Q: I am wondering what will happen with the current real estate market in Chicago based on world events and an economic recession. Do you think it’s a smart to buy now or do you see prices declining over the next year or two?
I know that interest rates are favorable, but I wonder about property prices. Any insight would be greatly appreciated.
A: No one really knows what will happen with real estate property prices over the short term. Over the long run, however, prices should continue to climb. So in ten years, the house you purchase today will probably be worth more.
How much more? On average, property appreciates at average rate of 3 percent per year, or just ahead of inflation. But during the second half of the 1990s, property appreciated at a rate far above that in some areas, and inflation was much lower. That could mean those areas might see property prices drop a bit and then hold steady before moving forward again.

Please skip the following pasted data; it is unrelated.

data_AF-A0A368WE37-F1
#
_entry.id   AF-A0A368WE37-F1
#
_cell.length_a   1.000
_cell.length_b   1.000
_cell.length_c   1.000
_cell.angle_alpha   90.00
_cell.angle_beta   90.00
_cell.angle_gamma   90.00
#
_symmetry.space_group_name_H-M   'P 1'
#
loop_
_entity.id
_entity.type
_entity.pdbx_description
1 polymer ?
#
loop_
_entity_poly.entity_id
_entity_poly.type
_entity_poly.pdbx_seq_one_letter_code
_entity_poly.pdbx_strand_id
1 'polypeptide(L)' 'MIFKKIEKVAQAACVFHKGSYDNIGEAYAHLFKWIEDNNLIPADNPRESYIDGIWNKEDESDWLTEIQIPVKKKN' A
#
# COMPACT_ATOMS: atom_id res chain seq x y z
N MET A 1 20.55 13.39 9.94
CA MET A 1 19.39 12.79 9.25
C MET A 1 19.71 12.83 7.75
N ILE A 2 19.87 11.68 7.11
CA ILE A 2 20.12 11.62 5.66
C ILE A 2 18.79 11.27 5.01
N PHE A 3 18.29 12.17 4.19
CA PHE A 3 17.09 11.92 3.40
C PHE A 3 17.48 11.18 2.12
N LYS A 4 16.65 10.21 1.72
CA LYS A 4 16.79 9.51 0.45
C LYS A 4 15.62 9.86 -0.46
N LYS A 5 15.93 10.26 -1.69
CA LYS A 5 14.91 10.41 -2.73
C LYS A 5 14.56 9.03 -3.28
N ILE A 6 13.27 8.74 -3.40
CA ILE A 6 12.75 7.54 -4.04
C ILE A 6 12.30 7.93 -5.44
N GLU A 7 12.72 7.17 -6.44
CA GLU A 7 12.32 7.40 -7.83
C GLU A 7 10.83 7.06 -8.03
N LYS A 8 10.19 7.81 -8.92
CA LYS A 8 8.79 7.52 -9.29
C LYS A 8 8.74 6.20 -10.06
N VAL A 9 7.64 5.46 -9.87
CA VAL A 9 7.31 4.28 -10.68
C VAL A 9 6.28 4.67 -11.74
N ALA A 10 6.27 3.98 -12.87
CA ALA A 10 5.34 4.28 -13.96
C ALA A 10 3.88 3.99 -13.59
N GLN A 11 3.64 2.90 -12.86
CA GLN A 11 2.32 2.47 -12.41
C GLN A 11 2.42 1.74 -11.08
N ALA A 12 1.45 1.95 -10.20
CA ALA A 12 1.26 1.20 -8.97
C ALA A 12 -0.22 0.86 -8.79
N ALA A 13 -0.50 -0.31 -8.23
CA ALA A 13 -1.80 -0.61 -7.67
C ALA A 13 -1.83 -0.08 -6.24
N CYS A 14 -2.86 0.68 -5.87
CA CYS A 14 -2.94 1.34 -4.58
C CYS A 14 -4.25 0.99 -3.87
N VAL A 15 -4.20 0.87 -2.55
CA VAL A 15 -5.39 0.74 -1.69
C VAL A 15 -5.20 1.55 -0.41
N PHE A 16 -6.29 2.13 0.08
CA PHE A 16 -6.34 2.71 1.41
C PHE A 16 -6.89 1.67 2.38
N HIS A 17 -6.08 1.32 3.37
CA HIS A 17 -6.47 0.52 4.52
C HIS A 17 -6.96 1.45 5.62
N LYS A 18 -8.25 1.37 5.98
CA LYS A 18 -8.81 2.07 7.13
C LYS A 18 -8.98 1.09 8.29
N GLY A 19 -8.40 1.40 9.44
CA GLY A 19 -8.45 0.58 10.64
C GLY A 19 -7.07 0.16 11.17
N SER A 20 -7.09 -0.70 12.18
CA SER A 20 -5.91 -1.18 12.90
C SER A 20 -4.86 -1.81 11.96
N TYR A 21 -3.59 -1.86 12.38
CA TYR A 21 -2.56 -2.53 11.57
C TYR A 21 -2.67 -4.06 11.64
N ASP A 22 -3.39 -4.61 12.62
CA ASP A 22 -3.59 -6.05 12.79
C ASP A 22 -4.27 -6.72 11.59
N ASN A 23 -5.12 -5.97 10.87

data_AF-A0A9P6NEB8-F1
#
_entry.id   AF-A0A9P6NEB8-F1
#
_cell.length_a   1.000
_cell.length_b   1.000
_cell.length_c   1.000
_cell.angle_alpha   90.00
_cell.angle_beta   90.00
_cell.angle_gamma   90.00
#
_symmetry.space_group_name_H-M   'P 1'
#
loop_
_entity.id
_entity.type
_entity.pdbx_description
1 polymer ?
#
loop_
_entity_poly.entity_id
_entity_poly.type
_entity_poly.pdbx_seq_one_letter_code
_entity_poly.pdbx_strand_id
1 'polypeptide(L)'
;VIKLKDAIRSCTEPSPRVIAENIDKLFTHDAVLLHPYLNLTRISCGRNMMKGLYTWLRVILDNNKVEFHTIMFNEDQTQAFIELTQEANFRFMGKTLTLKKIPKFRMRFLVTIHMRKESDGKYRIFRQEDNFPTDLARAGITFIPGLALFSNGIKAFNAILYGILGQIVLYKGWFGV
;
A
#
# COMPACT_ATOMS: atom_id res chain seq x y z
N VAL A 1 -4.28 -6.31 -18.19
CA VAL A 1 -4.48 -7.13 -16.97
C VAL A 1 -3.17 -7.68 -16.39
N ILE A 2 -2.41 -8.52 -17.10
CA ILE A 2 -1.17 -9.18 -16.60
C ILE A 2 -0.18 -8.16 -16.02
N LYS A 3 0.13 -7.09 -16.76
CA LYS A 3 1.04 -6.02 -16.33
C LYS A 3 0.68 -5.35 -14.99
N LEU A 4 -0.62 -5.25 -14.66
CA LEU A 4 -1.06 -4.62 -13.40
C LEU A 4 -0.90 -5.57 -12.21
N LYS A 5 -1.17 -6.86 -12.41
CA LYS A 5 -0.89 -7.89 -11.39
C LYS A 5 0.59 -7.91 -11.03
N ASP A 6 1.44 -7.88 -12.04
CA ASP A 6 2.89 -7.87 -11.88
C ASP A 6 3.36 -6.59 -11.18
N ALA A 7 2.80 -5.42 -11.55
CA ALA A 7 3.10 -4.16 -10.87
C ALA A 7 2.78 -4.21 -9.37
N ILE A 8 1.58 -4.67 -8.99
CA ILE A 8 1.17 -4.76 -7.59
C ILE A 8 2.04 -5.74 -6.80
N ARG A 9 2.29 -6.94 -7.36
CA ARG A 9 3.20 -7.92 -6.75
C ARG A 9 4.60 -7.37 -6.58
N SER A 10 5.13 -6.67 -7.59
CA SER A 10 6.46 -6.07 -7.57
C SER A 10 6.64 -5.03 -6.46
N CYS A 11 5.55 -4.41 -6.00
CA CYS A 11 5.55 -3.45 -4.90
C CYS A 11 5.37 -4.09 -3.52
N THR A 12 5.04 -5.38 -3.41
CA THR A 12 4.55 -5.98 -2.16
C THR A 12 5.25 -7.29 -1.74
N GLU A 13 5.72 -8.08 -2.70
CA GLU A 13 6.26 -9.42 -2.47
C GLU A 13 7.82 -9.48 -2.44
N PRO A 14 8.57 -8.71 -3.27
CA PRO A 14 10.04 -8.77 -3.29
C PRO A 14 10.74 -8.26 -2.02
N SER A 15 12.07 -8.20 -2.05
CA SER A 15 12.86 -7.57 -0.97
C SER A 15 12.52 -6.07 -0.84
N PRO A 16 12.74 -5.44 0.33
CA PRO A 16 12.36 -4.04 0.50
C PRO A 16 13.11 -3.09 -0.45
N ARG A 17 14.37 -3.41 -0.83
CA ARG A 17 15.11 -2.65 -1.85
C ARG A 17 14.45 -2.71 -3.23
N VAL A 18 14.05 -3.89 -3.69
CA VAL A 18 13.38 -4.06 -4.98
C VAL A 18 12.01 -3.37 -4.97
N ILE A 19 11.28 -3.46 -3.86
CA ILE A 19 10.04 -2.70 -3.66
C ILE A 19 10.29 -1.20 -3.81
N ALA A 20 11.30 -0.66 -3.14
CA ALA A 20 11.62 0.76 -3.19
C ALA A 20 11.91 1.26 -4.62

My best guess is that we’ll have a serious slow down in some parts of the real estate market. As long as interest rates hover around the 7 percent mark, the first-time market will continue to be strong. But we’ve already seen the market for more expensive homes, priced at $500,000 and above slow down.
As the recession continues, some sellers will lose their jobs and be forced to sell. Others will watch their homes go into foreclosure. In fact, the number of foreclosures in certain markets, like Atlanta, is hitting record numbers. These factors, and others, will produce bargains because some sellers will be too nervous to wait it out.
If that’s the case, and you’re ready, you can swoop in to buy something great at a more reasonable price.
Published: Feb 28, 2001